Monday, November 9, 2009
THE OTHER VERSAILLES by P.B. Lecron
Say "Versailles" and most think "château," but Versailles is also a city where the quality of life appeals to even the most hardened critics of the Ancient Regime's excesses. Louis XIV's innovative and harmonious urban planning is still a model three centuries after he first laid out its wide avenues and imposed building restrictions.
Historic preservation and controlled growth have given the town a look all its own. Unperturbedly classic, human in scale, Versailles has a very livable, old-fashioned aspect that its residents adore.
Modern urban amenities keep life simple and uncluttered: underground parking, buried electrical and telephone cables, and a highly developed public transportation with 37 city bus lines and five train stations. Today the tree is king and the city keeps careful track of all 180,000 of them; whenever one is to be cut down, it must be replaced.
It's inevitable that a provincial city which figures as a cultural counterweight to Paris and selected repeatedly by magazines as one of the best places to live, inspire clichés. And clichés abound about Versailles' 85,000 souls who go about their business as ten million visitors stream through the town yearly on their way to the château and park. "B.C.B.G." or "bon chic, bon genre," synomous with good taste and tradition, is a platitude for the archetypical Versaillais deemed to have a family of four or more well-behaved children dressed in navy blue with claudine collars or in scouting uniforms.
The cliché also calls for a wicker shopping cart--the indispensable accessory for going to the public market, which at Versailles is so packed with people that celebrities who shop there get lost in the crowd. Be it "Old France" or "traditionalist," this is not a city where fashion elegance is a moral imperative; ostentation is generally avoided and low key is the local style.
Regardless of the conformist image, Versailles has space and oxygen to raise creative, cosmopolitan talent. Like filmmaker and master of intimate comedy, Bruno Podalydes and his brother Denis of the Comédie Française, or fashion designer, Agnés b, who grew up here. International trip-hop electronic duo of Air, Jean-Benoît Dunckel and Nicolas Godin, went to school together here, as did members of the pop-rock-soul-funk electronic group, Daft Punk. Then there's the singularly curious figure of the French hip-hop scene, the Klub des Loosers, an anonymous one-man act that local teenagers have called Versailles underground. His cult hit, "Born under the Sign of V" caricaturizes teenage disillusionment and boredom in Versailles. A common complaint, but as one youth quips, "We may not have a bowling alley or a mini-golf, but we can go sculling on the Grand Canal!"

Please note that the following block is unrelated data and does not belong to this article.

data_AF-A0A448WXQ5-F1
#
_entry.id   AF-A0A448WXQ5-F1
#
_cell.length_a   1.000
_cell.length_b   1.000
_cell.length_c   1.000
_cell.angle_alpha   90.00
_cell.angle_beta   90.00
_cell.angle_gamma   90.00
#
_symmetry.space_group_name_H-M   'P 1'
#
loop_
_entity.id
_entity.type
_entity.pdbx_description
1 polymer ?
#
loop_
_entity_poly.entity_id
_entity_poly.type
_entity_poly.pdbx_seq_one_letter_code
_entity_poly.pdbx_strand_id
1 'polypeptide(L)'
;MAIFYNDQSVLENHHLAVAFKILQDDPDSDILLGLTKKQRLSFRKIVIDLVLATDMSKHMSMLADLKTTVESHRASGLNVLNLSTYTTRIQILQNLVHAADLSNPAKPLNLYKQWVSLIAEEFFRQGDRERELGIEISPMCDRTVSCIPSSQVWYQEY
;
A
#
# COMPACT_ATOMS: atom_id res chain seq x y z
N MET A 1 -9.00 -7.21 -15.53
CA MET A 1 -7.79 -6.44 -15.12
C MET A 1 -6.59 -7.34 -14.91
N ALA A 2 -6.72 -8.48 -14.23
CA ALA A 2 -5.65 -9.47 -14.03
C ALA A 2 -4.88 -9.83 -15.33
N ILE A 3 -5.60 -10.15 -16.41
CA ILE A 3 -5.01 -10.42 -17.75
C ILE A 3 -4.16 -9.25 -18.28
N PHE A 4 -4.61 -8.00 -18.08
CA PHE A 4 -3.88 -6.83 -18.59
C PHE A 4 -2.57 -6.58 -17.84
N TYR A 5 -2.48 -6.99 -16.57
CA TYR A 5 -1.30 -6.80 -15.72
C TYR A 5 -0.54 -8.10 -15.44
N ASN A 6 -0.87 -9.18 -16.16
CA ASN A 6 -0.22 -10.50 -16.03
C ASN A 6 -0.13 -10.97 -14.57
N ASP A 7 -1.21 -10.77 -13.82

Or if really bored, the kids can play the special Versailles edition of Monopoly. "Where are you going to install your hotels, in the Quartier Saint-Louis or the Quartier Notre-Dame? Good question, for a legendary gulf separates these prime neighborhoods. Mention it to long-time resident, Christine de Saint-Exupéry, countess and mother of four, and she knowingly smiles. "The Quartier Saint-Louis is more traditionalist than Notre-Dame; it's a city within a city and the people there feel they are more 'Versailles' than Versailles."
"As for traditionalists," she continues, "Versailles has a high concentration of old, aristocratic families. Half of the town is in the Bottin Mondain! It's a genealogical listing of French aristocracy--the bible of Versailles," she adds, grinning.
A quiet revolution is going on in Versailles as its officials seek to transform the city into the economic motor of the western Parisian area; Versailles Satory district is the new site for the Vestapolis research center to develop the car of the future. With these prospects and an increasing number of young Parisian families moving to Versailles seeking trees and ease, a socio-demographic mutation is guaranteed. Like gilding, will the Versailles sense of tradition rub off onto its new faces? That would be hard to predict, but with its rich history, Versailles can surly bank on a future in gold.
What was true then, is true today; the above text is a slightly revised republication of a magazine article I wrote which appeared in France Today, March 2006.
To the list of new musical talent that has sprouted in Versailles, add the alternate rock group Phoenix. I like the comment a friend, Adah Rose Bitterbaum, from Washington, D.C. of the Studio Gallery had: "I saw a great rock 'n roll band from Versailles called Phoenix. They were adorable and good. Lots of Versailles Angst which is a real oxymoron."